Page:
The company envisions having 650 employees in the Milwaukee facility by the end of 2021. The financing agreement requires them to have at least 450 by March 2022 before a clawback provision could be invoked. The employment must grow to 1,210 employees by 2026.

A future phase could include a four-story addition to the five-story building and up to 790 more employees. The city would provide an additional $7.9 million if that comes to pass.

The company intends to relocate an entire business unit, representing a specific product line, to the building. “It’s going to be a wide gamut of different job categories,” said Staviski at a prior meeting, ticking off a list including engineering and sales positions.

The company, a division of Hong Kong-based Techtronics Industries since 2005, has recorded 22% annual growth since 2009 as its sales have reached $5 billion. Much of the growth can be attributed to the launch of a hand tools product line in 2011.

Milwaukee Tool History

The move would reflect a partial return by Milwaukee Tool to its namesake city.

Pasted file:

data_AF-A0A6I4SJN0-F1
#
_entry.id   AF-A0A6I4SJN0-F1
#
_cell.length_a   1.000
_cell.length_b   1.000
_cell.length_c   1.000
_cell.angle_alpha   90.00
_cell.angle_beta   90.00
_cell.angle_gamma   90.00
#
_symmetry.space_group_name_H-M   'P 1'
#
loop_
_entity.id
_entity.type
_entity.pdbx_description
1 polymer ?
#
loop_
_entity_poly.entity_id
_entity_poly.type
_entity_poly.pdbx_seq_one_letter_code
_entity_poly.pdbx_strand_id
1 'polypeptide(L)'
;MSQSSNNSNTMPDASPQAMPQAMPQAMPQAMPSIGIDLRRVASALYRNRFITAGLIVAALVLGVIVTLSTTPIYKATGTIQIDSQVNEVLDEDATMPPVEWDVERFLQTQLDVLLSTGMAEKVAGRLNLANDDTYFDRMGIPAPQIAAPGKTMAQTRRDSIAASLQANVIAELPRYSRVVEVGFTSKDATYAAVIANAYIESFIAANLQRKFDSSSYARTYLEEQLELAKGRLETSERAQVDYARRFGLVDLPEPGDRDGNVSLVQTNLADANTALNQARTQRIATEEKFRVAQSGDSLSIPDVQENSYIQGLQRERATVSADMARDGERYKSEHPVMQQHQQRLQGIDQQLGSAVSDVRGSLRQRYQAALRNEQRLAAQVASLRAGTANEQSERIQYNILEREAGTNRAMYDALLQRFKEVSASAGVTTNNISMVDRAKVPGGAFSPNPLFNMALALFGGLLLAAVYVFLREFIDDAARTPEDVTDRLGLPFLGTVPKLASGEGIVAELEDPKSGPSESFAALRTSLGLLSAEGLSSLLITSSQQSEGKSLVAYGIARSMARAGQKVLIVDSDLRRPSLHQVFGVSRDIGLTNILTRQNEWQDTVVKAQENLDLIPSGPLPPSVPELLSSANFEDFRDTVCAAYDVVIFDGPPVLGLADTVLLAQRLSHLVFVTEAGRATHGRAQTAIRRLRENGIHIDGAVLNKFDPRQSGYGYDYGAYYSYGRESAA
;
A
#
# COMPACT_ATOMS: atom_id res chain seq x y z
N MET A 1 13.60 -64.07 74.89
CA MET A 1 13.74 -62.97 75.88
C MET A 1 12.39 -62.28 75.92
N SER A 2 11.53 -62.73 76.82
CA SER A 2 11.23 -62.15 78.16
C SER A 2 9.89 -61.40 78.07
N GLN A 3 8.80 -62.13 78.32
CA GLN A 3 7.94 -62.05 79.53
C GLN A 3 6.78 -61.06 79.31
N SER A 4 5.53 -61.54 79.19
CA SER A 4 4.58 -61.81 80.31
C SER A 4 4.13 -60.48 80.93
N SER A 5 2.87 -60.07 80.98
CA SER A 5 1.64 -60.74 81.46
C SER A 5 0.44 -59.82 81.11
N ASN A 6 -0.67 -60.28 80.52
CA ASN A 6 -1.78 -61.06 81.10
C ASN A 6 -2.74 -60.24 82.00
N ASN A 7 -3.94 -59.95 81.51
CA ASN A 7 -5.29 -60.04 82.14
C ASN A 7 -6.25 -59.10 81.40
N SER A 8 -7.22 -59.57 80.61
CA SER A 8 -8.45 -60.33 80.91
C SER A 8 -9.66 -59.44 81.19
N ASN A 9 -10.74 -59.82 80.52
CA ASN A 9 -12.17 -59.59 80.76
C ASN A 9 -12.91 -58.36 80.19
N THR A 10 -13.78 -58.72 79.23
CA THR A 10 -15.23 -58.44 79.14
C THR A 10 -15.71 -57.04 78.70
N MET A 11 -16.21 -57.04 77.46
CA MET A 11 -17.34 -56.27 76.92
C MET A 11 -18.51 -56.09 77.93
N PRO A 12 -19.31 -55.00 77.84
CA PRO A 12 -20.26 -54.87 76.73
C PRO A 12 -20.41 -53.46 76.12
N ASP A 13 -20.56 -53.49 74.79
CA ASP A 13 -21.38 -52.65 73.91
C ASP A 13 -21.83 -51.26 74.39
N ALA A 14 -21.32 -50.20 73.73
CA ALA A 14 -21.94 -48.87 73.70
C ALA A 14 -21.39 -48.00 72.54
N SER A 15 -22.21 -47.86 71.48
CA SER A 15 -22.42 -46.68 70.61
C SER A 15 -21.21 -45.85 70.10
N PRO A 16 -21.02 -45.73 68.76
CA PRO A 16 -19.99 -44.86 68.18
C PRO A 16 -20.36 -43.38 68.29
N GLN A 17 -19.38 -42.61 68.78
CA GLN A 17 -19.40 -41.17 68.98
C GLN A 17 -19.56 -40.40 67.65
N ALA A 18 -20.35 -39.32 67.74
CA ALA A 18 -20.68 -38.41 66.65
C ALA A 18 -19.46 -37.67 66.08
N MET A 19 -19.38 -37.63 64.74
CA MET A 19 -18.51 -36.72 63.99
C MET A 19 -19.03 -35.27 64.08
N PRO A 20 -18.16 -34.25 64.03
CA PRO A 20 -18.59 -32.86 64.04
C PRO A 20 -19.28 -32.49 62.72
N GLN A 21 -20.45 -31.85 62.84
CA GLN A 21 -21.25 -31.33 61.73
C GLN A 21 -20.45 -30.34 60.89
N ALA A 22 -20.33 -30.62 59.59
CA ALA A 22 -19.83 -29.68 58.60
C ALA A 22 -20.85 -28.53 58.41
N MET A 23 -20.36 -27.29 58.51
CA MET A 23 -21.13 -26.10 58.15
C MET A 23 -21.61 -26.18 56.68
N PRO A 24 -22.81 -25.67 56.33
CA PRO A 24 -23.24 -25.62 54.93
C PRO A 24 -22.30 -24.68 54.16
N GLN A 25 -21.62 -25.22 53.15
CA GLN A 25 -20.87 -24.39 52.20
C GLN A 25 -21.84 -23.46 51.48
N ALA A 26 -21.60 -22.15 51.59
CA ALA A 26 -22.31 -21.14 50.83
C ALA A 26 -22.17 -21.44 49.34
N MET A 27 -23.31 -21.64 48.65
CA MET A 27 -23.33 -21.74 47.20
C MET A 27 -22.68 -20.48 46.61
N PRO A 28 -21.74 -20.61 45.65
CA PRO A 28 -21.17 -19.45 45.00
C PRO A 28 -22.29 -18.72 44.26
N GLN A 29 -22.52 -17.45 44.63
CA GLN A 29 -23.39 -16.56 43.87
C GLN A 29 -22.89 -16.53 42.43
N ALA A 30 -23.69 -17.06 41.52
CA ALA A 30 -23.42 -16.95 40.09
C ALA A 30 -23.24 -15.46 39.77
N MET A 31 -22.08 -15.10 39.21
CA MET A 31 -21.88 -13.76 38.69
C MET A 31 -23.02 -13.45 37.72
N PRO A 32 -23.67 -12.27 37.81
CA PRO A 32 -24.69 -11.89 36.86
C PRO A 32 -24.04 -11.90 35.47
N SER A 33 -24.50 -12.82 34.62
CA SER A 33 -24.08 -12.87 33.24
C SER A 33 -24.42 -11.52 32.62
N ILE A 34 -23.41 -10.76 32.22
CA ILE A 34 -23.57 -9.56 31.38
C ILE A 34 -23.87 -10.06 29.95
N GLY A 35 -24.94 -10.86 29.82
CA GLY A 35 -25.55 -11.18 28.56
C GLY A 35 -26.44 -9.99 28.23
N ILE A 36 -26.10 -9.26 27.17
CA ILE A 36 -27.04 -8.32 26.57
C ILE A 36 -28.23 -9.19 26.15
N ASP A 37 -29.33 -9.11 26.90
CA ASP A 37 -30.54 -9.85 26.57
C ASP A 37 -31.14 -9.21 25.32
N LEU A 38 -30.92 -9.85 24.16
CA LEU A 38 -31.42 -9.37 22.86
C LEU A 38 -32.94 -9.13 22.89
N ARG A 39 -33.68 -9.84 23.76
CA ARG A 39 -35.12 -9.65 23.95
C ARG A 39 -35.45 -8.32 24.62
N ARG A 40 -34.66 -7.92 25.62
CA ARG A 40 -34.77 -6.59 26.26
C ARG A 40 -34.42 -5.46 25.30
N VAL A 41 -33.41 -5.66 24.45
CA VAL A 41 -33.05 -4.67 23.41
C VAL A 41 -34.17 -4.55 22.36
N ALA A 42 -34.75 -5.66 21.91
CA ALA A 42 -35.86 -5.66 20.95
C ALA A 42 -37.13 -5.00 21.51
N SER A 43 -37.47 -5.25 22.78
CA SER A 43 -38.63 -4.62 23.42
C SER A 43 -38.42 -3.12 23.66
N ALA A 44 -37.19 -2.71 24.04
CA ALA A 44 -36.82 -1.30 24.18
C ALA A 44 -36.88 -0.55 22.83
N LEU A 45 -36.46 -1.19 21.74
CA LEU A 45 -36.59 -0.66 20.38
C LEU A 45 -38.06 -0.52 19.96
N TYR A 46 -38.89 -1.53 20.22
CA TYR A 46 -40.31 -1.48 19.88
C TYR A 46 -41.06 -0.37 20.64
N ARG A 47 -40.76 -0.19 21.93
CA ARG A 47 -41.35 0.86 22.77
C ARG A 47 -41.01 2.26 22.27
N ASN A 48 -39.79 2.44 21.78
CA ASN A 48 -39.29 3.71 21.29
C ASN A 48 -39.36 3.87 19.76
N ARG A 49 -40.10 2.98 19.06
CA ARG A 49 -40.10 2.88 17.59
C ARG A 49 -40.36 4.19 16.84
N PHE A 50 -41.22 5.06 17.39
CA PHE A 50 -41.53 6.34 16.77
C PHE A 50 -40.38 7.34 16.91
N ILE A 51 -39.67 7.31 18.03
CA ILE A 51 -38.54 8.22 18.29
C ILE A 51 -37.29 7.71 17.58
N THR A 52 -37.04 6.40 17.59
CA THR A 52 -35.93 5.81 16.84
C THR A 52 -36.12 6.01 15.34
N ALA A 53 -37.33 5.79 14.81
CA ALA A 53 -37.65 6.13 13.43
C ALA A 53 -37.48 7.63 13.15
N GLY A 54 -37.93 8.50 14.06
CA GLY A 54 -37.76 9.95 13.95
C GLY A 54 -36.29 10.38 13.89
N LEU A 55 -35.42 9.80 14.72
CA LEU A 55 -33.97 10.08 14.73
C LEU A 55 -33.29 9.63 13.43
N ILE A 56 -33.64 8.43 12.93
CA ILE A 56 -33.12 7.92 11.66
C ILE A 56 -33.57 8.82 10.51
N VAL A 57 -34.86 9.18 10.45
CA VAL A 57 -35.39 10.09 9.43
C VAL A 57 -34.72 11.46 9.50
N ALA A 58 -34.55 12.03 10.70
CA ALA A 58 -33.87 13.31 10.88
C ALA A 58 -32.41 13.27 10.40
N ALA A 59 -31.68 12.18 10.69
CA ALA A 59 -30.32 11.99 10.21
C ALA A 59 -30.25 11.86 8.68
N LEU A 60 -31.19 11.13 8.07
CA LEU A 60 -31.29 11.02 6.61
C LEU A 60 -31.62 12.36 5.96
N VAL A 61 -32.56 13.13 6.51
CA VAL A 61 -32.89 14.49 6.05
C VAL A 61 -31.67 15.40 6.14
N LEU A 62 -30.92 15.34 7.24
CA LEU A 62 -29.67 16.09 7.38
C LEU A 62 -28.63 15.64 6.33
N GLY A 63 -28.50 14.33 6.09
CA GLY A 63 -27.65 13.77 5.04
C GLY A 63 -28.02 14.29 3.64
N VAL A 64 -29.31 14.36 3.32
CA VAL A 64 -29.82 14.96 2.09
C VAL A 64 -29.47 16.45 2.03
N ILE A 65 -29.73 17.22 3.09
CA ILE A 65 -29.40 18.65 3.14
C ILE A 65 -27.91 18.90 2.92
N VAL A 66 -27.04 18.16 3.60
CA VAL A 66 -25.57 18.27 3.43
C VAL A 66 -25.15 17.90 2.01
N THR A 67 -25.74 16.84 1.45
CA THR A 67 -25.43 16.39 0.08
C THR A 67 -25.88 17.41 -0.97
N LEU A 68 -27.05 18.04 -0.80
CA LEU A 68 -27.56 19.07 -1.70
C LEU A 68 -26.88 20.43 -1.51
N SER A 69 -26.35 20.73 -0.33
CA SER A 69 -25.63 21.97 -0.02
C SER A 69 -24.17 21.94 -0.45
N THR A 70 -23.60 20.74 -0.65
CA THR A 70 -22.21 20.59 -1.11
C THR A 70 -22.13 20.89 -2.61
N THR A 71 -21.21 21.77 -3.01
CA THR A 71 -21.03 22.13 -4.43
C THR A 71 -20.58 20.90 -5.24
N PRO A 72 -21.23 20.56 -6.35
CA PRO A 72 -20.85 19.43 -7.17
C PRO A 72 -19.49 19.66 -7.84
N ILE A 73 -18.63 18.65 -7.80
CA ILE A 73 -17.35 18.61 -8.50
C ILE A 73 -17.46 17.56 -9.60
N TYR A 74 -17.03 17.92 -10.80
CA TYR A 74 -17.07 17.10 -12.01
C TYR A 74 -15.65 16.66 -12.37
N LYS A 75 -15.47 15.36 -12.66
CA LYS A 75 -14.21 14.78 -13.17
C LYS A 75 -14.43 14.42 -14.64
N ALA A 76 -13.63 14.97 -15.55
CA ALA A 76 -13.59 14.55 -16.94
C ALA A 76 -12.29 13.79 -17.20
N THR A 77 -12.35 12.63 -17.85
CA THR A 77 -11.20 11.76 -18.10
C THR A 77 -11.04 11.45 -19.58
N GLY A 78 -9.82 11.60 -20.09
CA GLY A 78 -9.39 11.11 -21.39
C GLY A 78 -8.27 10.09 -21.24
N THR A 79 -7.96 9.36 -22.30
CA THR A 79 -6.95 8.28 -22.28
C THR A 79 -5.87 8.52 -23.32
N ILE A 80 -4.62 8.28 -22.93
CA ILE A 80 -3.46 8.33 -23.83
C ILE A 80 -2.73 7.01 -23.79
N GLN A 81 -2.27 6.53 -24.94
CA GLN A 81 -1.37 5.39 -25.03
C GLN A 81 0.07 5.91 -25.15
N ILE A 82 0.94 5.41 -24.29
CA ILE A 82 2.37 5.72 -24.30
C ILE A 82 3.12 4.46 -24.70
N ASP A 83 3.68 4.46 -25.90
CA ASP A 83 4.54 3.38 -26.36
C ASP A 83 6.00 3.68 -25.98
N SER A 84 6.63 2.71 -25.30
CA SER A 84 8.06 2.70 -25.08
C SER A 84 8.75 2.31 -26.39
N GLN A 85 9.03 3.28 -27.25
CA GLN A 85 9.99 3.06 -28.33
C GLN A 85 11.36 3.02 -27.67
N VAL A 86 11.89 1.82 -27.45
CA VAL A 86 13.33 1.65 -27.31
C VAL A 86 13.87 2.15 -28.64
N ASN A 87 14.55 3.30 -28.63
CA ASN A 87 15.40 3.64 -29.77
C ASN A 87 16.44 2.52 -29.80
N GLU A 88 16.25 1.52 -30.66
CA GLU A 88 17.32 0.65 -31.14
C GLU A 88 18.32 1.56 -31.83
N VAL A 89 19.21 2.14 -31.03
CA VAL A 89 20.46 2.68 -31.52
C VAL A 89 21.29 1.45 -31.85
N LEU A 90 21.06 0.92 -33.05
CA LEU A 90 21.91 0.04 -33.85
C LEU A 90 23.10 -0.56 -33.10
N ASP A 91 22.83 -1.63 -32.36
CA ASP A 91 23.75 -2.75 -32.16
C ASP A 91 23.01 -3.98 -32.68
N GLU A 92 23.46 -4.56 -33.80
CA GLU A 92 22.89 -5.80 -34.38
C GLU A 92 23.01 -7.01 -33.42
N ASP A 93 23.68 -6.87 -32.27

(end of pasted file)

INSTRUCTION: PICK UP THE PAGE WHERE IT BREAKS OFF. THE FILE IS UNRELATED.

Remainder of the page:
The company was founded on Milwaukee’s South Side in 1924. It moved to Brookfield in 1965 and relocated most its manufacturing to Mississippi in 1973.

Staviski said the company now has 11 manufacturing plants across the globe, including six in the United States. “That’s actually going to be eight at the end of this year,” he said, noting that new plants would open in West Bend and Greenwood, IN. An expansion is also underway at its Sun Praire plant.

The company was sold for the first time in 1975 and at least three times since. Staviski, who has been with the company since 2008, credits the Techtronics acquisition and newly installed leadership team with the recent growth.

Milwaukee Tool is the flagship brand owned by Techtronics, but it also owns Ryobi and Dirt Devil. The company reports having more than 30,000 employees.

According to a 2019 Wisconsin Economic Development Corporation release, since 2016 Milwaukee Tool has pledged to create up to 1,812 new jobs and invest $174.5 million in capital projects in exchange for up to $46 million in state tax incentives.

It produces cordless power tools, lighting fixtures, accessories, hand tools and storage items.

2019 Renderings